Gallery Contract

December 16, 2010 | Leave a Comment |

Sign a contract with anyone who exhibits your artwork.

Putting verbal agreements in writing produces something tangible that all parties can refer to if memory fails – and it will. You and your representatives need a contract to work professionally together. If someone is unwilling to put something in writing, they’re not likely to honor it. Contracts are not about taking people to court; when they work best they keep you out of court.

Below is the contract my lawyer wrote for me. He’s graciously agreed to let me share it with you.

Change this basic contract to reflect the specific nature of your agreement with the agents or agencies who represent your work.

Don’t change clause 2. This key clause changes the nature of the consignment agreement. If the entity (individual or business) doesn’t reimburse you for sales or return your work you’ll be able to involve local law enforcement agents more easily. I’ve only had to do this once. So far, I’ve always been paid for sales of my work and I’ve always had my artwork returned. Many artist’s can’t say the same.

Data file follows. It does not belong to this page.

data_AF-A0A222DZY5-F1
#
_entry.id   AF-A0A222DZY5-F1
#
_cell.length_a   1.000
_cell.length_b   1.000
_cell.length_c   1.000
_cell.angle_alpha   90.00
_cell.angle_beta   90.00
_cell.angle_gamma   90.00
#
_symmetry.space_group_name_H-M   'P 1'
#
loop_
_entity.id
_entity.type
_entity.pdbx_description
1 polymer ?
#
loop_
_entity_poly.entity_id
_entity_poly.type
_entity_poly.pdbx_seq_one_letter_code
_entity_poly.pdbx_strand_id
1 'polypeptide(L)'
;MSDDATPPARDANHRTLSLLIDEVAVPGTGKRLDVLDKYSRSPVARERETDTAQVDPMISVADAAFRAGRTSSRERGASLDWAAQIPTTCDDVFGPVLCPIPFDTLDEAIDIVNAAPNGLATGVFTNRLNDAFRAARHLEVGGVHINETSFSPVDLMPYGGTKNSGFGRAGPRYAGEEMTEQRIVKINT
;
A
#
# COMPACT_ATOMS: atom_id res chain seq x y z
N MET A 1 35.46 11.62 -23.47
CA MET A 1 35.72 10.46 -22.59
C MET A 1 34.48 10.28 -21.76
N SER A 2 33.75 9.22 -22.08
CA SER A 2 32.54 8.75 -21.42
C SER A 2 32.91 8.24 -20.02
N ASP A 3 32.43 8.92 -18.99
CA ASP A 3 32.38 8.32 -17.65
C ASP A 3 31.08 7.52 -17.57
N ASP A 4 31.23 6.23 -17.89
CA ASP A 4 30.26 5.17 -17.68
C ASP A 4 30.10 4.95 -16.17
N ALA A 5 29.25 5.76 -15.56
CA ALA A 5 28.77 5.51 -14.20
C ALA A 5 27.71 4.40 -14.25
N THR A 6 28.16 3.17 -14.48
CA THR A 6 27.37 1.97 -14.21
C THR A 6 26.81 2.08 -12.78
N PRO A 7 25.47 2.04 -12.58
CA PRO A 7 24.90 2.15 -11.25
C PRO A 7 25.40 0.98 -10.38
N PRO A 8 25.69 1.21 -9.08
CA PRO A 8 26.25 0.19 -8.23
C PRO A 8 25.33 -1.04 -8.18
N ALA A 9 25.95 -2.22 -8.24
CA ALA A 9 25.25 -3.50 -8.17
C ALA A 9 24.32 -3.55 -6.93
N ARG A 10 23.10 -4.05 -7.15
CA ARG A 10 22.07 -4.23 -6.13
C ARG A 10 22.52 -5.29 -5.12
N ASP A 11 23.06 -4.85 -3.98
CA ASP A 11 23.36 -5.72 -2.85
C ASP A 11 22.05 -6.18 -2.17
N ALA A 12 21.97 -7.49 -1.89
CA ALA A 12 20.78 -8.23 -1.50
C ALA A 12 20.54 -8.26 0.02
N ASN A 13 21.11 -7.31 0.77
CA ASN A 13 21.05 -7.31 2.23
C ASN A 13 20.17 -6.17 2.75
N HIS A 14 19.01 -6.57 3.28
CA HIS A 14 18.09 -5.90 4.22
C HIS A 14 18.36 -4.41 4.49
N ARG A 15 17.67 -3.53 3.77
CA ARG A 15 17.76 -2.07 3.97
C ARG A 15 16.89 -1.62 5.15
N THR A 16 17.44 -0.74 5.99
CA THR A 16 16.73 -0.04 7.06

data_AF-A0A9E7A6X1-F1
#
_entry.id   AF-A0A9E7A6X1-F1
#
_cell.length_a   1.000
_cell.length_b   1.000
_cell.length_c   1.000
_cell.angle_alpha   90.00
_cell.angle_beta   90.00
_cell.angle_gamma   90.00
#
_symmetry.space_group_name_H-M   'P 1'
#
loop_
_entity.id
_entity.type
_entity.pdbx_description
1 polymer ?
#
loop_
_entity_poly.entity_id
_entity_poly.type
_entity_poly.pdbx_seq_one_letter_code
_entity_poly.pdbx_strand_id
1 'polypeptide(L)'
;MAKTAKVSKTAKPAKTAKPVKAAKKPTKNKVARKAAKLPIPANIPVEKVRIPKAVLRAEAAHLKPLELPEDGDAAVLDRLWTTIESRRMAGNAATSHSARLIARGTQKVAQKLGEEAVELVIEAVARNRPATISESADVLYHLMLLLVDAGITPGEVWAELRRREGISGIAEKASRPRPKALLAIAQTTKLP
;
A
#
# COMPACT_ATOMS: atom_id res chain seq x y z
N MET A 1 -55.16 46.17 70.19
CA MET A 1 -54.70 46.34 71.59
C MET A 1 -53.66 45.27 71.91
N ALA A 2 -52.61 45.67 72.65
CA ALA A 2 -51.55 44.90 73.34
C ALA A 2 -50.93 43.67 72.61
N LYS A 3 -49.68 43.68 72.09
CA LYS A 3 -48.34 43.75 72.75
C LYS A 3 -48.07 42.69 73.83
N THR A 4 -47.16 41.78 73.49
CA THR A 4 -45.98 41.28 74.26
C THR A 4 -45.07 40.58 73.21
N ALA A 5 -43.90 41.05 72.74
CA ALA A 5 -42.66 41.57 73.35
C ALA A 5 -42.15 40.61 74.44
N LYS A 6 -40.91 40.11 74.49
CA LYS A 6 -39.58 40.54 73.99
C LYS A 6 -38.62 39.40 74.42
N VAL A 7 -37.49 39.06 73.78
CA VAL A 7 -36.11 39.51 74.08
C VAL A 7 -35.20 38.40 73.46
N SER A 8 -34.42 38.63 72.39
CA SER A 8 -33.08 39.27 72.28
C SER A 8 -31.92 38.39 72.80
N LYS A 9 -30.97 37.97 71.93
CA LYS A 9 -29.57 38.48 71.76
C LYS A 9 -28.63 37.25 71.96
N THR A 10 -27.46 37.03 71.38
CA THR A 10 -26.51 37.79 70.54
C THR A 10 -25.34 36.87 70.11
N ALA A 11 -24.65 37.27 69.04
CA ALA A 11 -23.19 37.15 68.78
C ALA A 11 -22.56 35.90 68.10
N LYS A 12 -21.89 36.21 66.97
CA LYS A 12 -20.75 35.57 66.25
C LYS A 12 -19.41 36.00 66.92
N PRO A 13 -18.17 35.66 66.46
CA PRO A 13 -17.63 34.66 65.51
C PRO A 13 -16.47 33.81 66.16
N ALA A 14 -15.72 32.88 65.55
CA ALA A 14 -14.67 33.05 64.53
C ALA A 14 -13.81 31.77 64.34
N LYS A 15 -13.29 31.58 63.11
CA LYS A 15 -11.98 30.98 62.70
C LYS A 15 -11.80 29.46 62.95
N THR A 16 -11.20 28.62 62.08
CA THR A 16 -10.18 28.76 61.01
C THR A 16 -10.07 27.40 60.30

Do include a termination clause. Contracts should be revisited periodically – I recommend annually – to confirm that the nature of a relationship has remained the same. If it has evolved, change the contract to reflect that evolution.

Find more business resources for artists here.

Read more to see the contract I use … Read more

GilMaker_ImageCity

Alumni Gil Maker recently became a gallery partner with 9 other photographers.

He shared some insights about why and what he’s learned so far.

Find out why he thinks, “This is one of the best decisions I have made in my life.”

Read more on my Alumni blog here.


Missed my Annual Exhibit?
You can see many new images in the three new PDF Portable Galleries I posted today.

Wake
Reflection
Refraction

They’re free!
Download them here!

What do you think about the images? Comment here!


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